The appalling terrorist attacks on men, women and children in southern Israel a week last Saturday, followed by the unfolding humanitarian crisis and the killing of men, women and children in northern Gaza almost defy words, writes columnist Andy Winter.

But there are words. Terrorism is just one, a word that the BBC shamefully refuses to use when describing the attacks and murders on October 7. The Israeli military have now been ordered by Israel’s prime minister, Benjamin Netanyahu, to flatten Gaza City, at a terrible human cost. And so the terrible cycle continues: violence upon violence, killings upon killings.

The trauma and grief of those affected by the killings and the loss of loved ones, Israeli and Palestinian alike, is heartbreaking. A dead child is a dead child whether they are Israeli or Palestinian. The grief and trauma of mourning family members should unite both Israeli and Palestinian.

I witnessed first hand such trauma back in 1978 when living in Grahamstown in South Africa. Among others with who I shared accommodation was a young white man from what was then called Rhodesia, now Zimbabwe. He was studying at the local university. His entire family had been killed in an ambush in the so-called bush war. During university holidays he would return home to do a tour with the Rhodesian army.

Each evening he would come into our lounge to watch the television news from the apartheid-controlled South African Broadcasting Corporation. A standard item was always the situation in Rhodesia. There would be reference to the number of “terrorists” killed that day. He would invariably say, with a face hardened by loss: “Not enough of the bastards.”

He and I had opposing views on the liberation struggle in his homeland. In this case, one person’s terrorist was another person’s freedom fighter. Yet both sides in that conflict, as in every conflict, committed atrocities. Nevertheless, I rejoiced when black-majority rule was achieved in what became Zimbabwe. And now I grieve as much for how corruption has destroyed that country along with the hopes and aspirations of its people. So, too, in the country of my birth, South Africa, where once again a noble liberation struggle, led by one of the greatest leaders of the 20th century, Nelson Mandela, brought about majority rule before corruption and incompetence destroyed the people’s hopes and aspirations.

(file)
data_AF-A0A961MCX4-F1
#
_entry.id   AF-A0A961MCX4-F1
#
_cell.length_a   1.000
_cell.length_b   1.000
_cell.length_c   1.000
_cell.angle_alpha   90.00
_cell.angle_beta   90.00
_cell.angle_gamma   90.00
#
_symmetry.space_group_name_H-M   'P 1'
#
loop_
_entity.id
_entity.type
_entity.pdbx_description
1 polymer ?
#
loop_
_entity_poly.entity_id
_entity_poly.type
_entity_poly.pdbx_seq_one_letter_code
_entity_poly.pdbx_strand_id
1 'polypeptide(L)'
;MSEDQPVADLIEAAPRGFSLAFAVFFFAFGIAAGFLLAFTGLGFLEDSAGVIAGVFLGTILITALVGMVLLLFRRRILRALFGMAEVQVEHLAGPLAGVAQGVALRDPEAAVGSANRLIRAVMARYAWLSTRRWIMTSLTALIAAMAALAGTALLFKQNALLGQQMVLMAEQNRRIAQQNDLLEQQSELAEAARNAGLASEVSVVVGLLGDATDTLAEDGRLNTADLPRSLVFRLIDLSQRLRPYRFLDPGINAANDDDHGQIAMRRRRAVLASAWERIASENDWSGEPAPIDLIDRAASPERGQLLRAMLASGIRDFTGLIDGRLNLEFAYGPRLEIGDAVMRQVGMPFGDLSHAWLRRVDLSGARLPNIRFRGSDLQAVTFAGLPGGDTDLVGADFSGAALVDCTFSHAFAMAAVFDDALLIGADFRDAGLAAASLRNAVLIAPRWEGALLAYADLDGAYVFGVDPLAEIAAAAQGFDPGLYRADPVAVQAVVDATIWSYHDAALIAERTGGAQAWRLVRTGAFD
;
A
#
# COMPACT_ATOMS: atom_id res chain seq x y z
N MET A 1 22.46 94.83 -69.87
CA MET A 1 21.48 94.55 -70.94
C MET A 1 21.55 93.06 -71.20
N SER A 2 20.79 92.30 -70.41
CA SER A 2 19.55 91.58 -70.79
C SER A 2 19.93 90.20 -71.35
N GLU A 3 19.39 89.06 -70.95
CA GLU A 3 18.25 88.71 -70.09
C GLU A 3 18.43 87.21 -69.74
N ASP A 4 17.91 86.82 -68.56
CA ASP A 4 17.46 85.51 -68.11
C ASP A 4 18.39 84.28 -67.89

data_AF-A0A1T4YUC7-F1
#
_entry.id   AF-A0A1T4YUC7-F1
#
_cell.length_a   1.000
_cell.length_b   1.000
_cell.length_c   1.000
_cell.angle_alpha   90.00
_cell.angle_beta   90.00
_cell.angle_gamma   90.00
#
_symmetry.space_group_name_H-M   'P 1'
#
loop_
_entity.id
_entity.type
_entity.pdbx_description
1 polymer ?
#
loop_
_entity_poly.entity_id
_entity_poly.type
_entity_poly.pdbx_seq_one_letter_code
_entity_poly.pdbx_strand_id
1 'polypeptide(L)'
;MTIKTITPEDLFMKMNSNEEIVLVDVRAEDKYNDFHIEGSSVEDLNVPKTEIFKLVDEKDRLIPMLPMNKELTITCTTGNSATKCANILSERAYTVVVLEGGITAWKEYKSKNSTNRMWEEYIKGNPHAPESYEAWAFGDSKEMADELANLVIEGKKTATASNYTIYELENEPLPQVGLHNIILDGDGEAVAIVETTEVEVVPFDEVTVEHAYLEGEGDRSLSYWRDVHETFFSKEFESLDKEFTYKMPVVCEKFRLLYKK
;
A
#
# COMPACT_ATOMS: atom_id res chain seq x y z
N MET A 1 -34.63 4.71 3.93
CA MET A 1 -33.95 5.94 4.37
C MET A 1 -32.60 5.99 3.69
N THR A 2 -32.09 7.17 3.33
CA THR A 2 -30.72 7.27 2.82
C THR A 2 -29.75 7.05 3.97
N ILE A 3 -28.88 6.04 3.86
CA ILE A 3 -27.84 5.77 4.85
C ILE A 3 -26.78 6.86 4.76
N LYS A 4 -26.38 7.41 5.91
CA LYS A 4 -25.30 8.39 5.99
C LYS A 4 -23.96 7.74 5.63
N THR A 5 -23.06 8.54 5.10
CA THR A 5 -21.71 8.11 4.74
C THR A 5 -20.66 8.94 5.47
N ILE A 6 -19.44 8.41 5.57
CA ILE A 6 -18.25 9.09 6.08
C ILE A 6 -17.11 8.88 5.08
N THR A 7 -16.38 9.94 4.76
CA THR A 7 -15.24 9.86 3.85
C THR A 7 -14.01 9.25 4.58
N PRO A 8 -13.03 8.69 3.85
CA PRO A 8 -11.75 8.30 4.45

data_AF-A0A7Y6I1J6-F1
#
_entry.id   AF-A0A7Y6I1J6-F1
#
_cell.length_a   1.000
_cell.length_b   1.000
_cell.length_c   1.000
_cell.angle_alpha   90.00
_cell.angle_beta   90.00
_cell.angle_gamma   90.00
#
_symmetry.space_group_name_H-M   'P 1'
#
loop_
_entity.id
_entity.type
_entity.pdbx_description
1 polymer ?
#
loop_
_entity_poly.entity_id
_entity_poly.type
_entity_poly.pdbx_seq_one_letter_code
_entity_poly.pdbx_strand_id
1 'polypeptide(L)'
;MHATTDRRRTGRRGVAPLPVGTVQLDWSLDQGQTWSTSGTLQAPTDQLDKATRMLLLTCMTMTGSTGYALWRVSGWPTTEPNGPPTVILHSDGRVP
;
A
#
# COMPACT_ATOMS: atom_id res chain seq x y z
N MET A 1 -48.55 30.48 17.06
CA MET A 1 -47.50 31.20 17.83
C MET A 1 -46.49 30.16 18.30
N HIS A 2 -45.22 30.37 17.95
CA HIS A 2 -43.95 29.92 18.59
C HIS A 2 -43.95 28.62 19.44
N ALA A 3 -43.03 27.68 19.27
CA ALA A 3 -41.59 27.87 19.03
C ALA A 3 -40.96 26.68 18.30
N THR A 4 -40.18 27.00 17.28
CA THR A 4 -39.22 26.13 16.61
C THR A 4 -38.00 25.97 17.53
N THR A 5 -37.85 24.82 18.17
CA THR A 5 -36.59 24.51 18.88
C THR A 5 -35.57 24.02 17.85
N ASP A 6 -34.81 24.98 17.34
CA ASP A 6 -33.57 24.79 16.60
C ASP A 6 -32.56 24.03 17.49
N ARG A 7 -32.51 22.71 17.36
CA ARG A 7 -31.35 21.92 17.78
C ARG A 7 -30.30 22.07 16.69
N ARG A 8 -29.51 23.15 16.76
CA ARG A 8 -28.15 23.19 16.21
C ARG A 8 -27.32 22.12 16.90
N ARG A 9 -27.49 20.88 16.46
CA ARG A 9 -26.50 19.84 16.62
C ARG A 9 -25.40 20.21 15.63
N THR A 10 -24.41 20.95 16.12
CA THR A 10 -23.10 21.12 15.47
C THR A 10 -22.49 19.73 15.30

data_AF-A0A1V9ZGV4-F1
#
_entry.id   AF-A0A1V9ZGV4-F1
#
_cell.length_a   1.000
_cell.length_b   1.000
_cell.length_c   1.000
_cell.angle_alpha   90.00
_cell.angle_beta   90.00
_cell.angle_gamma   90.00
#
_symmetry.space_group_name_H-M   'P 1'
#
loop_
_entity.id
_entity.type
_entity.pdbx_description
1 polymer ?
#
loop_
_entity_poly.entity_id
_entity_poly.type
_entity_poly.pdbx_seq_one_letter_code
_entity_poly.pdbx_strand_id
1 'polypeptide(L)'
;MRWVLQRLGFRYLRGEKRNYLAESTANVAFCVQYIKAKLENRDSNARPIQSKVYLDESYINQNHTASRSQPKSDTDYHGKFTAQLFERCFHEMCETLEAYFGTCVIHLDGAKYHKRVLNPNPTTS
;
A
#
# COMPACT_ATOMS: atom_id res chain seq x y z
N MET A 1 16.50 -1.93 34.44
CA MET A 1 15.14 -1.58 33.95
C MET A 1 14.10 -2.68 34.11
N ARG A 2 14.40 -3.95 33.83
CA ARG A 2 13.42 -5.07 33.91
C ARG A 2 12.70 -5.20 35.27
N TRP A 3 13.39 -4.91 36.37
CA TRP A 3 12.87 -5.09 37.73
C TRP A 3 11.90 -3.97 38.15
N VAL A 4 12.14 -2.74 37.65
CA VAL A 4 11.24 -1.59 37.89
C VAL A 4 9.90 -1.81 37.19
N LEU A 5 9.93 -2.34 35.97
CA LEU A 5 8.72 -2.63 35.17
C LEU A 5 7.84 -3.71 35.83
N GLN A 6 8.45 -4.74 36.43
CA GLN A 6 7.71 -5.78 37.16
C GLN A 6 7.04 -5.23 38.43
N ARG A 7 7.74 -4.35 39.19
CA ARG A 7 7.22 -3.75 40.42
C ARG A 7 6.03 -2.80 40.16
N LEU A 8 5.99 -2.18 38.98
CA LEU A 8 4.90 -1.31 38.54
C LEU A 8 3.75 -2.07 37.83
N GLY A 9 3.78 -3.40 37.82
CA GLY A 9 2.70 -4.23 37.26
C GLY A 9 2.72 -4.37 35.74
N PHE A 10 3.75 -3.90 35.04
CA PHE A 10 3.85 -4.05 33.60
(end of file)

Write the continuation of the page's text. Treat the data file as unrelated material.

Margaret Thatcher is reported to have referred to Mandela as “that grubby little terrorist”. Yes, he led the armed struggle which was responsible for acts of terrorism that led to civilian deaths but today he is seen, quite rightly, as a freedom fighter and a great liberator. He won the Nobel Peace Prize alongside his apartheid-era opponent, FW de Klerk.

Similarly in Northern Ireland, there were terrorists and there were those opposing them, depending on one’s outlook, and there were occupiers and the occupied. The cycle of sectarian killings seemed unstoppable. The government banned the sound of the voices of those representing Sinn Fein, the political arm of the IRA.

I was heavily criticised, along with three other Labour councillors, when we invited Gerry Adams to visit Brighton following The Grand hotel bombing. Such was the hypocrisy of the time that while we were in the eye of a storm, Julian Amery, then Conservative MP for Brighton Pavilion, met the leaders of the IRA for talks and received no criticism at all.

But can the ceaseless cycle of killings in Israel and Palestine come to an end? Who had foreseen the end of the bush war in Rhodesia/Zimbabwe, the peaceful transition to democracy in South Africa or the end to the so-called Troubles in Northern Ireland? But they happened. The outcomes may not be the Utopia we had hoped to see. Compromise on all sides was required. And yes, peace settlements are often fragile and flawed but the cycle of killings has largely ended.

It is in the interests of ordinary people of Israel and Palestine that some form of peace settlement must be negotiated. What I wonder is: who are the leaders who are big enough to come to the negotiating table? Leaders on all sides, or internationally, are certainly showing few signs of wanting to stop the violence. I’m not suggesting an equivalence of blame and culpability for recent atrocities and events but if the starting point is apportioning blame and culpability for the overall conflict, the chances of peace will be as far away as ever.

Whatever happens, as with my former Rhodesian housemate, the grief, trauma, bitterness and anger of ordinary people will remain as real as ever.

Andy Winter is a former councillor who worked in social care and homelessness services for 40 years